For many years now, cable industry watchers have warned operators about the growth of “cord cutting.” This term usually refers to subscribers ditching traditional TV packages in favor of standalone broadband Internet, which is then used for connecting to on-demand video services. Did you know Netflix paid 300 million USD to stream Disney content? The ongoing success of Netflix, Hulu Plus and other online streaming options, paired with the decline in pay TV customers, is one of the best indicators of how prevalent cord cutting has become:
- According to the Pew Research Center’s Home Broadband Study from 2015, 19 percent of adults between the ages of 18 and 29 have cut the cord on cable or satellite TV. Another 16 percent had never even subscribed to one of these options.
- Two-thirds of Americans who do not subscribe to cable/satellite TV fill the absence by using alternative content sources, which are often grouped together under the banner of “over-the-top” (OTT) viewing. Netflix alone had more than 75 million subscribers worldwide as of January 2016.
- Among the study’s subjects, the high cost of cable was the most commonly cited reason (by 71 percent of them) for abandoning TV. Close behind was the inability to access content online or via an antenna (64 percent).
Preserving revenue and retaining subscribers in the world of cord cutting
How widespread is cord cutting? In the second quarter of the 2015 fiscal year, cable, satellite and telco TV providers together shed more than a half million customers, according to numbers compiled by Variety. At the same time, it is premature for cable operators to go into a full-on panic about changing media consumption habits.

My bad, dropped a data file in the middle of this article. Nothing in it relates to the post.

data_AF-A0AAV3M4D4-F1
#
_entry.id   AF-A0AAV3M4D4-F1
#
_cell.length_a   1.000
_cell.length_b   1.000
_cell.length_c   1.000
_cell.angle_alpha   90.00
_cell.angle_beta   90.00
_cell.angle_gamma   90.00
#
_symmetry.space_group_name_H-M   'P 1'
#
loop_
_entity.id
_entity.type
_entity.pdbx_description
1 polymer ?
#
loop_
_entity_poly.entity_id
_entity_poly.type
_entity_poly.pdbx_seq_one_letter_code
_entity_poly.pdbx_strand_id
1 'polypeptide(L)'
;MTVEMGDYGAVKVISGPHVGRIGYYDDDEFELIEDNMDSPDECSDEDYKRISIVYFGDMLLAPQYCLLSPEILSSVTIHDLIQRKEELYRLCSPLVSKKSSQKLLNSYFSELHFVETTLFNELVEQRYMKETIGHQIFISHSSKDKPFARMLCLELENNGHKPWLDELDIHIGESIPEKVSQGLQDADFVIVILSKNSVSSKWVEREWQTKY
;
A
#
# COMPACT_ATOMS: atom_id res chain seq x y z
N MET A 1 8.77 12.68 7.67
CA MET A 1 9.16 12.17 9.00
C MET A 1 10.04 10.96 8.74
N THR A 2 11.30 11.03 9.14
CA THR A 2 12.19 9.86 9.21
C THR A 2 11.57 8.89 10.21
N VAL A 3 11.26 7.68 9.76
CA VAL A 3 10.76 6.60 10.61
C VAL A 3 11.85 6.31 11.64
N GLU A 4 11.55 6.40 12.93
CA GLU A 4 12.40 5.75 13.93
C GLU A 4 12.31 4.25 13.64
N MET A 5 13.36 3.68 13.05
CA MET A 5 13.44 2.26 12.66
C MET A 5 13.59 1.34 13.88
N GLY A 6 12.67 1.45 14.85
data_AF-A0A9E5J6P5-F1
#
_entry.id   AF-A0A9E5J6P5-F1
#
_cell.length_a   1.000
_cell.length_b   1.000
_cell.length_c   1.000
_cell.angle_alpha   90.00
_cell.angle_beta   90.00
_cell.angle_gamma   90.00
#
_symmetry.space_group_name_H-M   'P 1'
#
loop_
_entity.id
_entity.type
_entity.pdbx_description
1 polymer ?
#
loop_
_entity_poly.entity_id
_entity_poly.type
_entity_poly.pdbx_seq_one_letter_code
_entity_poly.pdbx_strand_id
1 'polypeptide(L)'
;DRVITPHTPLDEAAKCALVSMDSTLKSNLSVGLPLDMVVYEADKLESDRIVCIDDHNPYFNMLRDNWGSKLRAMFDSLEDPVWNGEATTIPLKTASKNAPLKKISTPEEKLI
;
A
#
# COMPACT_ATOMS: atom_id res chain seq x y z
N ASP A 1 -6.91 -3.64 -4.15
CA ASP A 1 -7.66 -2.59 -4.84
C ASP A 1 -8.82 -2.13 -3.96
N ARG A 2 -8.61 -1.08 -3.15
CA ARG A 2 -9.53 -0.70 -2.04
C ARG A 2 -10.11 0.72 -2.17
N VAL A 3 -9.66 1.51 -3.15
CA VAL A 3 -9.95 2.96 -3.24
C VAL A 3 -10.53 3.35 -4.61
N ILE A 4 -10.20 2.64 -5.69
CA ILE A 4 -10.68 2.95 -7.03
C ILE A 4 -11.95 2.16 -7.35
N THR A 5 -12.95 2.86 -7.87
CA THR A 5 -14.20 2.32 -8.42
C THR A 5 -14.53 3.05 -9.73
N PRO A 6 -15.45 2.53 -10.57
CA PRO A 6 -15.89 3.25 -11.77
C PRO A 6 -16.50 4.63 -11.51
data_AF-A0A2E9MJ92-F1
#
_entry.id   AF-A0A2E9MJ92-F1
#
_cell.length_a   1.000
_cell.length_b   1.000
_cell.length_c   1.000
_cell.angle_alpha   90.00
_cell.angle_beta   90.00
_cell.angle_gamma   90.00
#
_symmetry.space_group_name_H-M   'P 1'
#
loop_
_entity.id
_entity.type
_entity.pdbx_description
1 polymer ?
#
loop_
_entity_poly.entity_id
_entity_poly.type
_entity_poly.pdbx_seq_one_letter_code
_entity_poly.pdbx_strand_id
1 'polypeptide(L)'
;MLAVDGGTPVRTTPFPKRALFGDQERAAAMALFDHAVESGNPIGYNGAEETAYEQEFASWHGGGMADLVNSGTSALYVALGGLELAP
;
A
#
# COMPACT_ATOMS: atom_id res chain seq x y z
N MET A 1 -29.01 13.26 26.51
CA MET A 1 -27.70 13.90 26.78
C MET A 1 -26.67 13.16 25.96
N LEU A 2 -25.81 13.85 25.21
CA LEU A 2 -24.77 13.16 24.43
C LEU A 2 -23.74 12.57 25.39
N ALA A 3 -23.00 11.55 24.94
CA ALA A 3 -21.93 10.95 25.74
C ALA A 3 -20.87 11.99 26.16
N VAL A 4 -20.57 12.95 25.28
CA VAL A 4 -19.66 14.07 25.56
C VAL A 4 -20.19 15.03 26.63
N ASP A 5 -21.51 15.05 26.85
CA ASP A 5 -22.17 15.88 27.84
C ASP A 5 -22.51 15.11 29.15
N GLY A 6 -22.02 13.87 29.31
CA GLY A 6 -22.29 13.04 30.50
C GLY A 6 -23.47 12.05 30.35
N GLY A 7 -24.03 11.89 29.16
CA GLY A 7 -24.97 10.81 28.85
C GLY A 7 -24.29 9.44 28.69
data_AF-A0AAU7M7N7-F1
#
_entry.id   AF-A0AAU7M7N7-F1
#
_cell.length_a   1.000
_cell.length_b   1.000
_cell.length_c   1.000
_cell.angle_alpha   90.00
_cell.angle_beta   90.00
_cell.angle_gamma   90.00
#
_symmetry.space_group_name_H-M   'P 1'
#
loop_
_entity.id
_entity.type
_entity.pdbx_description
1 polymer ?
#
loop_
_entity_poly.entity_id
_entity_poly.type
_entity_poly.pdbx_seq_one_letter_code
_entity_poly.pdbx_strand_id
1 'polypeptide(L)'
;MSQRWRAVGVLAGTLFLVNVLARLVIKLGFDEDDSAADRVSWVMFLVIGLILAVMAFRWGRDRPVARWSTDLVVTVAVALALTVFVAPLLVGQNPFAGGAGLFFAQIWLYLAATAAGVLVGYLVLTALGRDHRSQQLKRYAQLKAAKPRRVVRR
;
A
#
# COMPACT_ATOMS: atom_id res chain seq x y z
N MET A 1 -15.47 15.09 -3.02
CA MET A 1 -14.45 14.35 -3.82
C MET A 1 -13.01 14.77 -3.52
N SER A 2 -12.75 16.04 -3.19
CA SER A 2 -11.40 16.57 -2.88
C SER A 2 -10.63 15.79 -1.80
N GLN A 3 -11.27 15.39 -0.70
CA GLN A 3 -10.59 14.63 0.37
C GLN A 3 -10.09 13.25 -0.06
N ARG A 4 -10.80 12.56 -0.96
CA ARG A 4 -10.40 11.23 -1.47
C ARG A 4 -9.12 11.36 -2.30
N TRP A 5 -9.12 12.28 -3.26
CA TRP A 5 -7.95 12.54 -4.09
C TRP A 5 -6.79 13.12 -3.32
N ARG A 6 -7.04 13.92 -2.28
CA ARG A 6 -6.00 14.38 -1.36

For starters, cutting the cord has become more expensive. Monthly fees for OTT services as well as season passes on platforms such as iTunes can quickly rival the cost of a cable subscription, as Klint Finley pointed out in a 2015 article for WIRED.
But perhaps more importantly, cable providers control the critical “last mile” of broadband networks, along with the set-top boxes through which so much on-demand content is already consumed. As such, they have all the infrastructure in place to launch compelling video on demand options through services such as Evolution Digital eVUE TV.
The role of VOD in reducing churn and growing revenue
VOD platforms can help cablecos match the convenience of OTT viewing while also offering an even wider range of options than their new competitors. If you have ever been a regular Netflix user, then you know that the movie selection often gets thinned out at the beginning of the month, as various content deals expire. Many cable operators have the rights and the licensing to show a broader set of TV shows and recently released movies than what is available on Netflix et al.
“Cablecos can provide a unique set of content offerings.”
This gives them a unique combination of content offerings. Coupled with their traditional packages, VOD is the basis for a full spectrum of video delivered directly to consumers’ homes for viewing on any device. With operators slowly transitioning to all-IP delivery, VOD will only become more strategically important over time. It can be supported by hybrid STBs (i.e., ones with both a Quadrature Amplitude Modulation tuner and Ethernet/Wi-Fi for IP) and accessed from phones, tablets and other IP-enabled devices.
Cord cutting’s impact on the cable industry is still hard to determine. While many consumers seem to be moving on, cable executives have told publications like Fortune that the hype doesn’t match the reality on the ground, at least not yet. Even if it doesn’t, it is never too early for cablecos to begin thinking about integrating services like eVUE TV to shore up their VOD offerings and prepare for changing customer viewership habits.